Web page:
<h1>Federal Jury Charge Bank Fraud</h1> <p>In any jury trial there are, in effect, two judges. I am one of the judges; the other is the<br />jury. It is Imy duty to preside over the trial and to decide what evidence is proper for your<br />consideration. It is also my duty at the end of the trial to explain to you the rules of law that<br />you must follow and apply in arriving at your verdict.</p> <p>First, I will give you some general instructions which apply in every case, for example,<br />instructions about burden of proof and how to judge the believability of witnesses. Then I will<br />give you some specific rules of law about this particular case, and finally I will explain to you<br />the procedures you should follow in your deliberations.</p> <p>You, as jurors, are the judges of the facts. But in determining what actually</p> <p>CHARGE OF THE COURT &ndash; Page 1<br />happened-that is, in reaching your decision as to the facts-it is your sworn duty to follow all<br />of the rules of law as I explain them to you.</p> <p>You have no right to disregard or give special attention to any one instruction, or to<br />question the wisdom or correctness of any rule I may state to you. You must not substitute or<br />follow your own notion or opinion as to what the law is or ought to be. It is your duty to<br />apply the law as I explain it to you, regardless of the consequences.</p> <p>It is also your duty to base your verdict solely upon the evidence, without prejudice or<br />sympathy for or against a defendant. That was the promise you made and the oath you took<br />before being accepted by the parties as jurors, and they have the right to expect nothing less.<br />The indictment or formal charge against a defendant is not evidence of guilt. Indeed,<br />each defendant is presumed by the law to be innocent. The law does not require a defendant<br />to prove his innocence or produce any evidence at all and no inference whatever may be<br />drawn from the election of a defendant not to testify. The government has the burden of<br />proving each defendant guilty beyond a reasonable doubt, and if it fails to do so, you must<br />acquit the defendant.</p> <p>While the government&rsquo;s burden of proof is a strict or heavy burden, it is not necessary<br />that a defendant&rsquo;s guilt be proved beyond all possible doubt. It is only required that the<br />government&rsquo;s proof exclude any &ldquo;reasonable doubt&rdquo; concerning the defendant&rsquo;s guilt.<br />CHARGE OF THE COURT &ndash; Page 2</p> <p>A &ldquo;reasonable doubt&rdquo; is a doubt based upon reason and common sense after careful and<br />impartial consideration of all the evidence in the case. Proof beyond a reasonable doubt,<br />therefore, is proof of such a convincing character that you would be willing to rely and act<br />upon it without hesitation in the most important of your own affairs. If you are convinced that<br />the accused has been proved guilty beyond a reasonable doubt, say so. If you are not<br />convinced, say so.</p> <p>As I told you earlier, it is your duty to determine the facts. In doing so, you must<br />consider only the evidence presented during the trial, including the sworn testimony of the<br />witnesses and the exhibits. Remember that any statements, objections, or arguments made by<br />the lawyers are not evidence. The function of the lawyers is to point out those things that are<br />most significant or most helpful to their side of the case, and in so doing to call your attention<br />to certain facts or inferences that might otherwise escape your notice. In the final analysis,<br />however, it is your own recollection and interpretation of the evidence that controls in the<br />case. What the lawyers say is not binding upon you.<br />Also, do not assume from anything I may have done or said during the trial that I have<br />any opinion concerning any of the issues in this case. Except for the instructions to you on the<br />law, you should disregard anything I may have said during the trial in arriving at your own<br />findings as to the facts.</p> <p>CHARGE OF THE COURT &ndash; Page 3</p> <p>While you should consider only the evidence, you are permitted to draw such<br />reasonable inferences from the testimony and exhibits as you feel are justified in the light of<br />common experience. In other words, you may make deductions and reach conclusions that<br />reason and common sense lead you to draw from the facts which have been established by the<br />evidence.</p> <p>In considering the evidence you may make deductions and reach conclusions which<br />reason and common sense lead you to make; and you should not be concerned about whether<br />the evidence is direct or circumstantial. &ldquo;Direct evidence&rdquo; is the testimony of one who asserts<br />actual knowledge of a fact, such as an eye witness. &ldquo;Circumstantial evidence&rdquo; is proof of a<br />chain of facts and circumstances indicating that the defendant is either guilty or not guilty.<br />The law makes no distinction between the weight you may give to either direct or<br />circumstantial evidence.</p> <p>I remind you that it is your job to decide whether the government has proved the guilt<br />of each defendant beyond a reasonable doubt. In doing so, you must consider all of the<br />evidence. This does not mean, however, that you must accept all of the evidence as true or<br />accurate.</p> <p>You are the sole judges of the credibility or &ldquo;believability&rdquo; of each witness and the<br />weight to be given the witness&rsquo;s testimony. An important part of your job will be making<br />CHARGE OF THE COURT &ndash; Page 4</p> <p>judgments about the testimony of the witnesses, including each defendant, who testified in this<br />case. You should decide whether you believe what each person had to say, and how important<br />that testimony was. In making that decision I suggest that you ask yourself a few questions:<br />Did the person impress you as honest? Did the witness have any particular reason not to tell<br />the truth? Did the witness have a personal interest in the outcome of the case? Did the<br />witness have any relationship with either the government or the defense? Did the witness<br />seem to have a good memory? Did the witness have the opportunity and ability to understand<br />the questions clearly and answer them directly? Did the witness&rsquo;s testimony differ from the<br />testimony of other witnesses? These are a few of the considerations that will help you<br />determine the accuracy of what each witness said.</p> <p>[The testimony of each defendant should be weighed and their individual credibility<br />evaluated in the same way as that of any other witness].</p> <p>The testimony of a witness may be discredited or impeached by showing that he<br />previously made statements which are inconsistent with his present testimony. The earlier<br />contradictory statements are admissible only to impeach the credibility of the witness, and not<br />to establish the truth of these statements. It is the province of the jury to determine the<br />credibility, if any, to be given the testimony of a witness who has been impeached. If you<br />believe that a witness has been discredited in this manner, it is your exclusive right to given<br />CHARGE OF THE COURT &ndash; Page 5</p> <p>the testimony of that witness whatever weight you think it deserves. I remind you that a<br />defendant has the right not to testify. When a defendant does testify, however, her testimony<br />should be weighed and her credibility evaluated in the same way as that of any other witness.<br />In making up your mind and reaching a verdict, do not make any decisions simply<br />because there were more witnesses on one side than on the other. Do not reach a conclusion<br />on a particular point just because there were more witnesses testifying for one side on that<br />point. Your job is to think about the testimony of each witness you have heard and decide<br />how much you believe of what each witness had to say.</p> <p>You are here to decide whether the government has proved beyond a reasonable doubt<br />that the defendant is guilty of the crime charged. The defendant is not on trial for any act,<br />conduct, or offense not alleged in the indictment. Neither are you concerned with the guilt of<br />any other person or persons not on trial as a defendant in this case.</p> <p>Counts One and Three of the indictment charge defendants, Paola Garcia and Teresa<br />Guerrero, with the offense of False Representation of Social Security Number, in violation of<br />Title 42, United States Code, Section 408(a)(7)(B).</p> <p>Title 42, United States Code, Section 408(a)(7)(B), makes it a crime for anyone, with<br /> intent to deceive, lo falsely represent a number to be the social security account number<br />^-assigned by therCommissioner of Social Security to her.</p> <p>CHARGE OF THE COURT &ndash; Page 6</p> <p>For you to find each defendant guilty of this crime, you must be convinced that the<br />government has proved each of the following beyond a reasonable doubt:<br />That on or about the date and location alleged in Counts One and Three of the<br />indictment:</p> <p>First for the purpose of obtaining a loan;<br />Second: each defendant with intent to deceive;<br />Third: falsely represented a number to be the social security account<br />number assigned by the Commissioner of Social Security to her; and<br />Fourth: that number was not the social security account number assigned by<br />the Commissioner of Social Security to her.</p> <p>Counts Two and Four of the indictment charge defendants, Paola Garcia and Teresa<br />Guerrero, with the offense of False Statement, in violation of Title 18, United States Code,<br />Sections 1001(a)(2) and (3).</p> <p>Title 18, United States Code, Sections 1001(a)(2) and (3), makes it a crime for anyone<br />to knowingly and willfully make a materially false statement in a matter within the jurisdiction<br />of the Executive Branch of the United States Government.<br />For you to find each defendant guilty of this crime, you must be convinced that the<br />government has proved each of the following beyond a reasonable doubt:<br />That on or about the date and location alleged in Counts Two and Four of the<br />CHARGE OF THE COURT &ndash; Page 7</p> <p>indictment:<br />First the defendant made a false statement to the Federal Housing J<br />A d m i n i s t r a t i o n ; ^ &mdash; S<br />Second: the defendant made the statement intentionally, knowing it was false;<br />Third: the statement was material; and<br />Fourth: the defendant made the false statement for the puipose of<br />misleading the Federal Housing Administration.</p> <p>A statement is &ldquo;material&rdquo; if it has a natural tendency to influence, or is capable of<br />influencing, a decision of the Federal Housing Administration.</p> <p>Intent ordinarily may not be proved directly, because there is no way of fathoming or<br />scrutinizing the operation of the human mind. But you may infer a defendant&rsquo;s intent from the<br />suuounding circumstances. You may consider any statement made by that defendant, and all<br />other facts and circumstances in evidence which indicate his or her state of mind. It is<br />reasonable to infer that a person ordinarily intends the natural and probable consequences of<br />his or her knowing acts. You may draw the inference that the defendant under consideration<br />intended all the consequences which one standing in like circumstances and possessing like<br />knowledge should reasonably have expected to result from any intentional act or conscious<br />omission. Any such inference drawn is entitled to be considered by you, as the jury, in<br />determining whether or not the government has proved beyond a reasonable doubt that a<br />CHARGE OF THE COURT &ndash; Page 8</p> <p>defendant possessed the required criminal intent.</p> <p>You may find that a defendant had knowledge of a fact if you find that the defendant<br />deliberately closed her eyes to what would otherwise have been obvious to her. While<br />knowledge on the part of the defendant cannot be established merely by demonstrating that the<br />defendant was negligent, careless, or foolish, knowledge can be inferred if the defendant<br />deliberately blinded herself to the existence of a fact.</p> <p>You will note that the indictment charges that the offense was committed &ldquo;on or<br />about&rdquo; a specified date. The government does not have to prove that the crime was<br />committed on that exact date, so long as the government proves beyond a reasonable doubt<br />that the defendant committed the crime on a date reasonably near the dates as stated in each<br />respective count of the indictment.</p> <p>A separate crime is charged against one or more of the defendants in each count of the<br />indictment. Each count, and the evidence pertaining to it, should be considered separately.<br />Also, the case of each defendant should be considered separately and individually. The fact<br />that you may find one or more of the accused guilty or not guilty of any of the crimes charged<br />should not control your verdict as to any other crime or any other defendant. You must give<br />separate consideration to the evidence as to each defendant.</p> <p>You have heard evidence of acts of the defendant which may be similar to those</p> <p>CHARGE OF THE COURT &ndash; Page 9<br />H<br />charged in the indictment, but which were committed on other occasions. You must not<br />consider any of this evidence in deciding if the defendant committed the acts charged in the<br />indictment. However, you may consider this evidence for other, very limited, purposes.<br />If you find beyond a reasonable doubt from other evidence in this case that the<br />defendant did commit the acts charged in the indictment, then you may consider evidence of<br />the similar acts allegedly committed on other occasions to determine:</p> <p> Whether the defendant had the state of mind or intent necessary to commit the crime<br />charged in the indictmeruTyhether the defendant had a motive or the opportunity to commit<br />the acts charged in the indictment;whether the defendant acted according to a plan or in<br />preparation for commission of a crime; whether the defendant committed the acts for which<br />she is on trial by accident or mistake.</p> <p>These are the limited purposes for which any evidence of other similar acts may be<br />considered.</p> <p>If a defendant is found guilty, it will be my duty to decide what the punishment will be.<br />You should not be concerned with punishment in any way. It should not enter your<br />consideration or discussion.</p> <p>To reach a verdict, all of you must agree. Your verdict must be unanimous on each<br />count of the indictment. Your deliberations will be secret. You will never have to explain<br />CHARGE OF THE COURT &ndash; Page 10</p> <p>your verdict to anyone.</p> <p>You are here to decide whether the government has proved beyond a reasonable doubt<br />that the defendant is guilty of the crimes charged. The defendant is not on trial for any act,<br />conduct, or offense not alleged in the indictment. Neither are you concerned with the guilt of<br />any other person or persons not on trial as defendant in this case.</p> <p>To reach a verdict, whether it is guilty or not guilty, all of you must agree. Your<br />verdict must be unanimous on each count of the indictment. Your deliberations will be secret.<br />You will never have to explain your verdict to anyone.</p> <p>It is your duty to consult with one another and to deliberate in an effort to reach<br />agreement if you can do so. Each of you must decide the case for yourself, but only after an<br />impartial consideration of the evidence with your fellow jurors. During your deliberations, do<br />not hesitate to reexamine your own opinions and change your mind if convinced that you were<br />wrong. But do not give up your honest beliefs as to the weight or effect of the evidence solely<br />because of the opinion of your fellow jurors, or for the mere purpose of returning a verdict.<br />Remember at all times, you are judges-judges of the facts. Your sole duty is to decide<br />whether the government has proved the defendant guilty beyond a reasonable doubt. When<br />you go to the jury room, the first thing that you should do is select one of your number as your<br />foreperson, who will help to guide your deliberations and will speak for you here in the<br />CHARGE OF THE COURT &ndash; Page 11</p> <p>courtroom.<br />A form of verdict has been prepared for your convenience.</p> <p>The foreperson will write the unanimous answer of the jury in the space provided for in<br />each count of the indictment, either guilty or not guilty. At the conclusion of your<br />deliberations, the foreperson should date and sign the verdict.</p> <p>If you need to communicate with me during your deliberations, the foreperson should<br />write the message and give it to the marshal. I will either reply in writing or bring you back<br />into the court to answer your message.</p> <p>Bear in mind that you are never to reveal to any person, not even to the court, how the<br />jury stands, numerically or otherwise, on any count of the indictment, until after you have<br />reached a unanimous verdict.</p>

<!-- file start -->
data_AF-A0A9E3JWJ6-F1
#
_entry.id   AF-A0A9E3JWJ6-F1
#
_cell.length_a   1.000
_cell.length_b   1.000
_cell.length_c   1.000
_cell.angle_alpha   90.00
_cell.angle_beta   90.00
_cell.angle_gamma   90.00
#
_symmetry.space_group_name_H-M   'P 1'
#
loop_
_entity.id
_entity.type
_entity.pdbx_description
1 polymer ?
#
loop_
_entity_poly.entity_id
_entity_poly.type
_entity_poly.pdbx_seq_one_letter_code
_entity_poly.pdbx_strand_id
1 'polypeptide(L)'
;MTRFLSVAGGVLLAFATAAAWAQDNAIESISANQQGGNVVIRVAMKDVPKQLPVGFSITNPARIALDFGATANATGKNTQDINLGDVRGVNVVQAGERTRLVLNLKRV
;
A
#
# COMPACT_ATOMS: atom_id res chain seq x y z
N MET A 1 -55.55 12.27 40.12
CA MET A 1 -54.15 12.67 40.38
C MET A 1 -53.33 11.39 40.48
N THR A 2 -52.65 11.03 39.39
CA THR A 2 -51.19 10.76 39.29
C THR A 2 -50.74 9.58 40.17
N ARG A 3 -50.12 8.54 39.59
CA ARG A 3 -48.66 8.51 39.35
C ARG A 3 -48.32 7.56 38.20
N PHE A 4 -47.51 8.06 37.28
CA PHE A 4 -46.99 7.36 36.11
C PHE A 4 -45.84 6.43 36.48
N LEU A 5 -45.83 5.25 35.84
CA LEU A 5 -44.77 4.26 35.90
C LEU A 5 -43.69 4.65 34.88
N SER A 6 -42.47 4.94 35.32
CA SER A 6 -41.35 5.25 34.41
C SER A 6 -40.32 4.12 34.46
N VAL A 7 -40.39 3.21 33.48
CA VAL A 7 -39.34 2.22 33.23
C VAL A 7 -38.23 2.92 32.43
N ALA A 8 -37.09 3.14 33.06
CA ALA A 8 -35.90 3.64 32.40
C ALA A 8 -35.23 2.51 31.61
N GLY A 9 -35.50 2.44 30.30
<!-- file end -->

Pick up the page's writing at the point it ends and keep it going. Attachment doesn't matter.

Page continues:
Los Abogados
  • Francisco Hernandez
  • Daniel Hernandez
  • Phillip Hall
  • Rocio Martinez